Should You Pay for a Used Car With Venmo?
Convenient? Yes. Secure? Maybe Not.
Manuel Carrillo III/Capital One
A growing number of online payment services are available that make it simple and easy to send cash electronically. One of these — Venmo — is a popular option for friends looking to split the check at a restaurant or for roommates settling the bills at home.
Is it also a good way to pay for a used car? Let's take a closer look.
What Is Venmo?
Venmo is an online payment system designed to make it simple to transfer cash between two people, or to make a purchase without having to use cash or checks. Each Venmo account is linked to a bank account or a credit card (and sometimes both), which transactions are deposited into or deducted from.
Payments are sent via a smartphone app that connects buyers and sellers based on an email address, a phone number, or a Venmo username.
Using Venmo to Buy a Used Car
When purchasing a used car, some buyers might not be comfortable carrying a large amount of cash to meet a stranger in a private-party sale. It is inconvenient to go to the bank and have a cashier's check drawn up — a service that typically comes with a fee — or to arrange a wire transfer, which also incurs fees. A seller might not accept a personal check or an actual credit card for such a transaction.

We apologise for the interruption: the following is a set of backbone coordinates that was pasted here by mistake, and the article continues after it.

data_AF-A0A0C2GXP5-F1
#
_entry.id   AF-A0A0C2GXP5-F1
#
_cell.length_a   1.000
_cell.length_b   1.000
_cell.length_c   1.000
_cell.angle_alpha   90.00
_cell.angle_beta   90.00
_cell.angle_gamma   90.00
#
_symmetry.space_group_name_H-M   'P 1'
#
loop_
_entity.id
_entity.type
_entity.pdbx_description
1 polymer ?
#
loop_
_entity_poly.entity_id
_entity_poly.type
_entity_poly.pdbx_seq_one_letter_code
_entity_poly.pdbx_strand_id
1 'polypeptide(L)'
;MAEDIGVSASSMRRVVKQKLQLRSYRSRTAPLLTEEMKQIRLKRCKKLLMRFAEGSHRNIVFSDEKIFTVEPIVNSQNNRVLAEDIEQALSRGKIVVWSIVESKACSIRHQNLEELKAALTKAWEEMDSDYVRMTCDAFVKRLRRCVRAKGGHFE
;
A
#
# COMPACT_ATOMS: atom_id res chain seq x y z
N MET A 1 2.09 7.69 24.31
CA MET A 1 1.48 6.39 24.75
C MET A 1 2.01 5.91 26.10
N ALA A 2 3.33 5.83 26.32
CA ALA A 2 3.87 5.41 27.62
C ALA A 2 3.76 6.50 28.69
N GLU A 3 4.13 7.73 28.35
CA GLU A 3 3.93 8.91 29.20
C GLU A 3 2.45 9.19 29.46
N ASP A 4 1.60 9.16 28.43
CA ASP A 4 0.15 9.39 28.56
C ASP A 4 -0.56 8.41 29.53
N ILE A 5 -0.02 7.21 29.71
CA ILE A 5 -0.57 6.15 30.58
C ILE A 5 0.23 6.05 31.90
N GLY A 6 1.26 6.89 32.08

Using an app like Venmo solves each of those problems. It can also allow you to pay for your automobile even if the seller isn't physically present. This can be handy if you can only pick up the car or truck outside of business hours, when a dealership might be closed but still able to leave the keys in a lockbox for you.
Are There Risks to Using Venmo?
Unlike using a credit card directly or writing a personal check, Venmo doesn't offer any built-in fraud protection if you send money to a personal profile, which can leave you exposed to scams. In Venmo’s peer-to-peer financial transfer model, there's no central authority to turn to if the vehicle you paid for turns out to be not as described, or perhaps doesn't exist at all. Only transfers explicitly tagged as payments or sent to Venmo-authorized business profiles are eligible for purchase protection.
Venmo provides a list of common ploys to help users avoid being scammed. As the app was designed primarily to be used between friends, it's risky to use for transactions with strangers using personal profiles. In fact, the service itself recommends against using Venmo to buy something from a stranger if you are not able to indicate in the app that the transfer is a payment.
How Does Venmo Compare With Cash or Check?
There's one more major difference between using Venmo versus cash or check: Venmo features a maximum weekly spending cap of $6,999.99, which means any vehicle purchase would have to be under this amount.